This fat forms deep around your organs and increases your risk for diabetes and heart disease, as well as hammering your testosterone levels. 

Visceral fat turns on an enzyme called lipoprotein lipase, which drives circulating building blocks called lipids into visceral fat cells, plumping them up. The result, your belly gets fatter.

Blank brain?

Your grey matter can be hit as hard as your guns.  One 2015 Australian study found men whose testosterone levels declined over five years also experienced a drop in scores on tests of their mental function and memory.

Your brain has key hormone receptors which need testosterone to function fully. Notably, the areas important for memory and attention, such as the cerebrum, and the amygdala, your centre for emotions and motivation.

Blue Monday?

Along with ED and piling on the pounds, low T can have a direct effect on your mood. 

According to research in *The Endocrine Journal*, 23 percent of young men with newly diagnosed low testosterone met the criteria for depression, compared to only five percent of young guys with normal levels of the hormone.

Empty testosterone receptors in the brain areas linked to mood are likely responsible for your depressed state.

What’s more, mood disorders like depression or anxiety can kick off a vicious cycle — depression can suppress your testicles’ ability to produce testosterone, worsening the problem.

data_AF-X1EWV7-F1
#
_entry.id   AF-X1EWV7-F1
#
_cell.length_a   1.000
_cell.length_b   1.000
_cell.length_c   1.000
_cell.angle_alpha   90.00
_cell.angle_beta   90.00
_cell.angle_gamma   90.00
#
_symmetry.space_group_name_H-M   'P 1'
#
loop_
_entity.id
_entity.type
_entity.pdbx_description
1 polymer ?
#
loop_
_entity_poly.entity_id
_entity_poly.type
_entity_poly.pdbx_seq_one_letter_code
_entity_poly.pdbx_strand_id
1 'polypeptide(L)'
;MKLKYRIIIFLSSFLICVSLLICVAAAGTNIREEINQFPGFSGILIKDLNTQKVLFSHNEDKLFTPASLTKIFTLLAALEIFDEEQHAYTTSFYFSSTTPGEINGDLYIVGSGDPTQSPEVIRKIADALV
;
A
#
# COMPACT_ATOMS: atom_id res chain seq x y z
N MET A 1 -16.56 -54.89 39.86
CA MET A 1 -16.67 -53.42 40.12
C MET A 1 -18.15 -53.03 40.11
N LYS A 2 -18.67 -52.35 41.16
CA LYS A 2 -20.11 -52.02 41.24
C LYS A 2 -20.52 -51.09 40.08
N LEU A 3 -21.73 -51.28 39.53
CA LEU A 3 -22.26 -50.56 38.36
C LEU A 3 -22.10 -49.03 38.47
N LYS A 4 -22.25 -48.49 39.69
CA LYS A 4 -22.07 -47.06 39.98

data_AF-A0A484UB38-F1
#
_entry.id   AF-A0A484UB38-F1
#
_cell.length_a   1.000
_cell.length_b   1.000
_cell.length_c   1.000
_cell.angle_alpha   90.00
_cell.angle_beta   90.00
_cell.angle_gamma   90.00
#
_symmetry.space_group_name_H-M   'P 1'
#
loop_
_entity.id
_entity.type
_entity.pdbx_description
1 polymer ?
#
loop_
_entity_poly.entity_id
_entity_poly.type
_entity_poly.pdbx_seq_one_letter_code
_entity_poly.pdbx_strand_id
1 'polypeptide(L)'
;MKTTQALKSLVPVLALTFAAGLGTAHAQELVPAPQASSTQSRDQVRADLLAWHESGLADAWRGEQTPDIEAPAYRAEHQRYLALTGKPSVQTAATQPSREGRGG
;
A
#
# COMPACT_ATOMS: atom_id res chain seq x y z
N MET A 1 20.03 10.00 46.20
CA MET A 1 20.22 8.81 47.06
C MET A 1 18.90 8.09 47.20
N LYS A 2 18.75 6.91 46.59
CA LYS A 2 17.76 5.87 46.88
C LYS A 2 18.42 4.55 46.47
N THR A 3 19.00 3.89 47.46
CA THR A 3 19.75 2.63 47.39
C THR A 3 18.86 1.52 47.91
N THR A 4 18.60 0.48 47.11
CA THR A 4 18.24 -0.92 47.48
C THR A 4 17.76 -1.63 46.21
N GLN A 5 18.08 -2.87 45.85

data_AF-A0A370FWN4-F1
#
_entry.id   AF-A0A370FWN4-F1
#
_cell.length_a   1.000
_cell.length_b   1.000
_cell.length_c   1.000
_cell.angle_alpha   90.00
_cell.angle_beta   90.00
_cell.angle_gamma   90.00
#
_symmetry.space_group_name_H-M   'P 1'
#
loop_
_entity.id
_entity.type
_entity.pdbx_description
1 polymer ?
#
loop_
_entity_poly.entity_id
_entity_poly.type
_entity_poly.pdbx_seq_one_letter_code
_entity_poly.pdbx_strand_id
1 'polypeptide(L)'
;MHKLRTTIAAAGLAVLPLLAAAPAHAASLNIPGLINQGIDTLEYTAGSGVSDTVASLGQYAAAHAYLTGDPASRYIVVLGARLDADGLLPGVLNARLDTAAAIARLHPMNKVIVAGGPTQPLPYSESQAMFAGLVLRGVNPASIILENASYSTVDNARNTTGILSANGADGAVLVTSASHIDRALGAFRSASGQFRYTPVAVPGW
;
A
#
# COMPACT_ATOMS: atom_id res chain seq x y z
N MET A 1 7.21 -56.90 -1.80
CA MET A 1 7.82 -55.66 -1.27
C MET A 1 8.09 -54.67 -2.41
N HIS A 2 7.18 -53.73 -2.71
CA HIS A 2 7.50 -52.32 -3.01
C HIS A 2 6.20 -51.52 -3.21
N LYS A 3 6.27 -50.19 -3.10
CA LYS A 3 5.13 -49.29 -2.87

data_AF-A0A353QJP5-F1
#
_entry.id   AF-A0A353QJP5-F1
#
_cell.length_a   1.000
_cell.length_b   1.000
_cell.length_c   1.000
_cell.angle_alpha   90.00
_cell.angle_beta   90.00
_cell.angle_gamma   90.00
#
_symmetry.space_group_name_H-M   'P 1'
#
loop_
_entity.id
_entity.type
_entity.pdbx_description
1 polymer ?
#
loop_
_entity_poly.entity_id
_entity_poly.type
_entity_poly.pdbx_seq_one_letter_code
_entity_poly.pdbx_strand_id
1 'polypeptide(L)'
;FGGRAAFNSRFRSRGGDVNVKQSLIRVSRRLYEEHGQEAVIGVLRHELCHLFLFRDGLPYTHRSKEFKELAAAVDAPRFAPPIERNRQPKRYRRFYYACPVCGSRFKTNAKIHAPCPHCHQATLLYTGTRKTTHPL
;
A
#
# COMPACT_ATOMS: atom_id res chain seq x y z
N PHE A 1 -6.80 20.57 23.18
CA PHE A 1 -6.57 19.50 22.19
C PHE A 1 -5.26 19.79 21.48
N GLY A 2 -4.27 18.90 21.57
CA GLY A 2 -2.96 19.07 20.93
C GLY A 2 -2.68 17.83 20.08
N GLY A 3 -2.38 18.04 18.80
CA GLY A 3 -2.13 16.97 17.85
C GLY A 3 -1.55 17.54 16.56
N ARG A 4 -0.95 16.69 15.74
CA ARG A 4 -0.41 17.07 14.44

Breaking up?

While it’s often aging women in the headlines for suffering weaker bones, men can get hit, too. 

Bone’s a living tissue, constantly rebuilding – when testosterone levels fall, your bone breaks down faster than it can be built. 

Result? You’re at higher risk of osteoporosis and fractures.

Dodgy ticker?

Your heart can be hit by falling T levels, according to research. 

According to a study in the journal Circulation, men with low testosterone had a greater risk of dying from heart disease than men with normal levels. 

The theory is testosterone can help open up blood vessels to the heart, allowing blood to flow more freely. 

But on the flip side, some studies have suggested that testosterone replacement therapy might actually increase the risk of heart attack or stroke. This is especially in older men or those with existing heart conditions.

Experts think it may thicken the blood, making a clot more likely. 

Don’t be shy

According to a large international study, the three biggest pointers to falling testosterone levels are:

  • reduced interest in sex
  • loss of early morning erections
  • and ED.

These issues men are typically reticent to bring up with their doc through embarrassment.

A common scenario is that the doctor then wrongly assumes the man would have mentioned these symptoms if he was worried about them. They then fail to check his testosterone levels, then misdiagnoses him as being depressed.

The doctor then wrongly prescribes an antidepressant, which makes the three major symptoms worse.

Remember – you only have one life, and your doctor needs to know the whole story so they can help you. 

If you’re not keen on talking to your doc, open up to your Peppy practitioner on chat – its anonymous and they can signpost you on getting help.